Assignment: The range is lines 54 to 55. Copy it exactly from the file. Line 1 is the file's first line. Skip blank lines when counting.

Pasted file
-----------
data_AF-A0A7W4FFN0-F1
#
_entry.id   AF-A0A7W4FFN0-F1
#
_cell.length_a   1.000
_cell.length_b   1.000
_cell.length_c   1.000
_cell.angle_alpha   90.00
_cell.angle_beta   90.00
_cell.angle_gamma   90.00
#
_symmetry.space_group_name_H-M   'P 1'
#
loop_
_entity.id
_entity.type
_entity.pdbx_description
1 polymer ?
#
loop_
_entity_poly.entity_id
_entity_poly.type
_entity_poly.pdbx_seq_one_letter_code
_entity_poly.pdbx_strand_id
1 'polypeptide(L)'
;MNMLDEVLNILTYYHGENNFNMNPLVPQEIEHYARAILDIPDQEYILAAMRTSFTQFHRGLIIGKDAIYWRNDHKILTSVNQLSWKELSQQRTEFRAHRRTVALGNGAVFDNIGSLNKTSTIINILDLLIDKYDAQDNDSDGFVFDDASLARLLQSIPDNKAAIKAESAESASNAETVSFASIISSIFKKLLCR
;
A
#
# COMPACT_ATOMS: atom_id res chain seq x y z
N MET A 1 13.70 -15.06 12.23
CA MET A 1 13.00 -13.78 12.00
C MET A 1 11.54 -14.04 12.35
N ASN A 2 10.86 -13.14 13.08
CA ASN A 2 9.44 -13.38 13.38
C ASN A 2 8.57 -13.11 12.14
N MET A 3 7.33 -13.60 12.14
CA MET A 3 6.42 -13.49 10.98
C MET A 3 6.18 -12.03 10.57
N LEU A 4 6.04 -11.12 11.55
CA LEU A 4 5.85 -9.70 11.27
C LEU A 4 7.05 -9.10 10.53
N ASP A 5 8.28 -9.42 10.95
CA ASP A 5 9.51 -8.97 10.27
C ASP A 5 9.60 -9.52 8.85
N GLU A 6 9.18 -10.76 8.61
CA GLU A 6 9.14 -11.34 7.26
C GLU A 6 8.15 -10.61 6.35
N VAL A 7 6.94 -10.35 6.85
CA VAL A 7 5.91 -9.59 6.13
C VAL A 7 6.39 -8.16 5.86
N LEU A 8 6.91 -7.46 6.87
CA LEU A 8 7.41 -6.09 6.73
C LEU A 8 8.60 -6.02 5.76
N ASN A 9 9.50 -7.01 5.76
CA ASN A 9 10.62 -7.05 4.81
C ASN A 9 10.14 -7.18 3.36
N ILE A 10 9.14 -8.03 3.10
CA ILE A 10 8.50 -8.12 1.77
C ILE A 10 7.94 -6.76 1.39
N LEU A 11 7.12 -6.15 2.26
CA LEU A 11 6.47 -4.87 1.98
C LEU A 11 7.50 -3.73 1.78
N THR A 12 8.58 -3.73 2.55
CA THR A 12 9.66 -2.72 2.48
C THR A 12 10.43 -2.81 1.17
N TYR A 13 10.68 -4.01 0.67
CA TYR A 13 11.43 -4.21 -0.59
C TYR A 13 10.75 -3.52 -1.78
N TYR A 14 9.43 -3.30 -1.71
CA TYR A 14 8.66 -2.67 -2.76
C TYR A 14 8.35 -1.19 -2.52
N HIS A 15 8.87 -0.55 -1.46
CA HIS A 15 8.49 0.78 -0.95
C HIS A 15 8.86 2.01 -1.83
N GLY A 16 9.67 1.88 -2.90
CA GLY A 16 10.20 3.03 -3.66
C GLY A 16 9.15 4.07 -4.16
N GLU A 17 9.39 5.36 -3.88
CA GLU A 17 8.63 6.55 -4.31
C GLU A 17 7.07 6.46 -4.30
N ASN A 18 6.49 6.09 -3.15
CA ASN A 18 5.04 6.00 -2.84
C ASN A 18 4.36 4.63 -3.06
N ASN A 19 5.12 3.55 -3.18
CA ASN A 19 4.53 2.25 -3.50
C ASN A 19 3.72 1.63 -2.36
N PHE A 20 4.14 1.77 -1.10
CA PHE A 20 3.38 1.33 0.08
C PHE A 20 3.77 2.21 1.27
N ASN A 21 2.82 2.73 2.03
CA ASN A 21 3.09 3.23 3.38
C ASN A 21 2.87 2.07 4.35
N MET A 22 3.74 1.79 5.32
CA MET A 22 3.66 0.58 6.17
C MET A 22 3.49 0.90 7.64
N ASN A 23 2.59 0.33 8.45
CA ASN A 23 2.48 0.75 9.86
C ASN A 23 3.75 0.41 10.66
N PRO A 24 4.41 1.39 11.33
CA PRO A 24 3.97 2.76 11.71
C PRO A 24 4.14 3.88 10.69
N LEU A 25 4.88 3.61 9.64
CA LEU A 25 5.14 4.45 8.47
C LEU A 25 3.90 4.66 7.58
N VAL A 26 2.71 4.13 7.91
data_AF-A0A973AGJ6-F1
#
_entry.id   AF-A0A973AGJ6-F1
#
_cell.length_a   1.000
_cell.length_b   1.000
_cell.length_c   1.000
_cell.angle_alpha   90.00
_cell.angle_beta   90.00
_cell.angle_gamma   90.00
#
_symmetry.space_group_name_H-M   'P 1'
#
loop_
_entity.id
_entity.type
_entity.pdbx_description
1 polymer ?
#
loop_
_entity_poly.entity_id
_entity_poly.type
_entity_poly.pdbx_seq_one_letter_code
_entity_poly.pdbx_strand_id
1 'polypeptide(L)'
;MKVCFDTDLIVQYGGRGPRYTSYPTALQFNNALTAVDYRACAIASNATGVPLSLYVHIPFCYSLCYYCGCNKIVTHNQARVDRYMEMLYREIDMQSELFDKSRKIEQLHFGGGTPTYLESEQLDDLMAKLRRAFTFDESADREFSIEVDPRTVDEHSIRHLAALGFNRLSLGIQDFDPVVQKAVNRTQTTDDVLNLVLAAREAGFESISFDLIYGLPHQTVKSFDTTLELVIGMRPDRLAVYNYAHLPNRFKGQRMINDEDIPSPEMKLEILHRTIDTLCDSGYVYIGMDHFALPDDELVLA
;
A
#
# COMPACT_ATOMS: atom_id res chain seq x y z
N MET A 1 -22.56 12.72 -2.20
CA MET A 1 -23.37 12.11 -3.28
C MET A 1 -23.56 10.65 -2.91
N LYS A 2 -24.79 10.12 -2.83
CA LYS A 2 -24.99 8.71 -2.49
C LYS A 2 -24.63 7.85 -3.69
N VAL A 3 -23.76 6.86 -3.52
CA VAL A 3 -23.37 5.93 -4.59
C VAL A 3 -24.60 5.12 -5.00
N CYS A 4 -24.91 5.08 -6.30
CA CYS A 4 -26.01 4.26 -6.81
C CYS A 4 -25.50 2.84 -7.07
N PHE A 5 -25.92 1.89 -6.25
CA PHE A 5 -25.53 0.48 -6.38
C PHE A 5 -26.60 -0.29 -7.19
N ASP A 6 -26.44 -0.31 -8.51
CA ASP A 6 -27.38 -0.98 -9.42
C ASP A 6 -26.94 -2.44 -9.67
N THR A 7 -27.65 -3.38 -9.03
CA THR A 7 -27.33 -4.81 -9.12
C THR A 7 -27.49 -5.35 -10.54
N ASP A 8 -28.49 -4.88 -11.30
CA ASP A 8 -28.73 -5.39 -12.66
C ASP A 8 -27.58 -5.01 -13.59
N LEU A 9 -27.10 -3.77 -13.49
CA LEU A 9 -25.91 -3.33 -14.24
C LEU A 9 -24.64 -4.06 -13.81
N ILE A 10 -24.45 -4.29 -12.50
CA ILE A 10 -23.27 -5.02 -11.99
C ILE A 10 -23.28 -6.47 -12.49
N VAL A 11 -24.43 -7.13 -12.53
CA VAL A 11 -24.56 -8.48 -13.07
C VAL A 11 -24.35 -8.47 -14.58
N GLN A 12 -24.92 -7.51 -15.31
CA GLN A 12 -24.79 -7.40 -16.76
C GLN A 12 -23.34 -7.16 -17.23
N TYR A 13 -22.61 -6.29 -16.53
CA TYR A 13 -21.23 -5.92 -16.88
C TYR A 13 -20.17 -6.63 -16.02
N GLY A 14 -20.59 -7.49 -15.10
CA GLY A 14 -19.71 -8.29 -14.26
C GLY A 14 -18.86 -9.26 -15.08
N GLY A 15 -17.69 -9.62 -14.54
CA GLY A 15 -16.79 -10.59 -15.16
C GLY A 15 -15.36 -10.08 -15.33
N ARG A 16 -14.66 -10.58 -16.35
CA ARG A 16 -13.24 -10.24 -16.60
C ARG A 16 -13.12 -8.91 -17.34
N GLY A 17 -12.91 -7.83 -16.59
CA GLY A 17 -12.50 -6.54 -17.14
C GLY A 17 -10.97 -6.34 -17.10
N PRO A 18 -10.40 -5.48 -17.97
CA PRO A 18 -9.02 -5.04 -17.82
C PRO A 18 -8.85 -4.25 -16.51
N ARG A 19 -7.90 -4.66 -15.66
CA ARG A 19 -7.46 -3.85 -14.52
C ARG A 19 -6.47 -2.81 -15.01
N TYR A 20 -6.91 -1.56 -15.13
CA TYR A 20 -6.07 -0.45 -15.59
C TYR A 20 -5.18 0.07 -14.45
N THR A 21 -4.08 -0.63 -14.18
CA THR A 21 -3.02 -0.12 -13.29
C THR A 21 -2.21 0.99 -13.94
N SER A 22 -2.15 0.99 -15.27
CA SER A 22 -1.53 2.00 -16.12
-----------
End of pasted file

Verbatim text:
C LEU A 8 8.60 -6.02 5.76
N ASN A 9 9.50 -7.01 5.76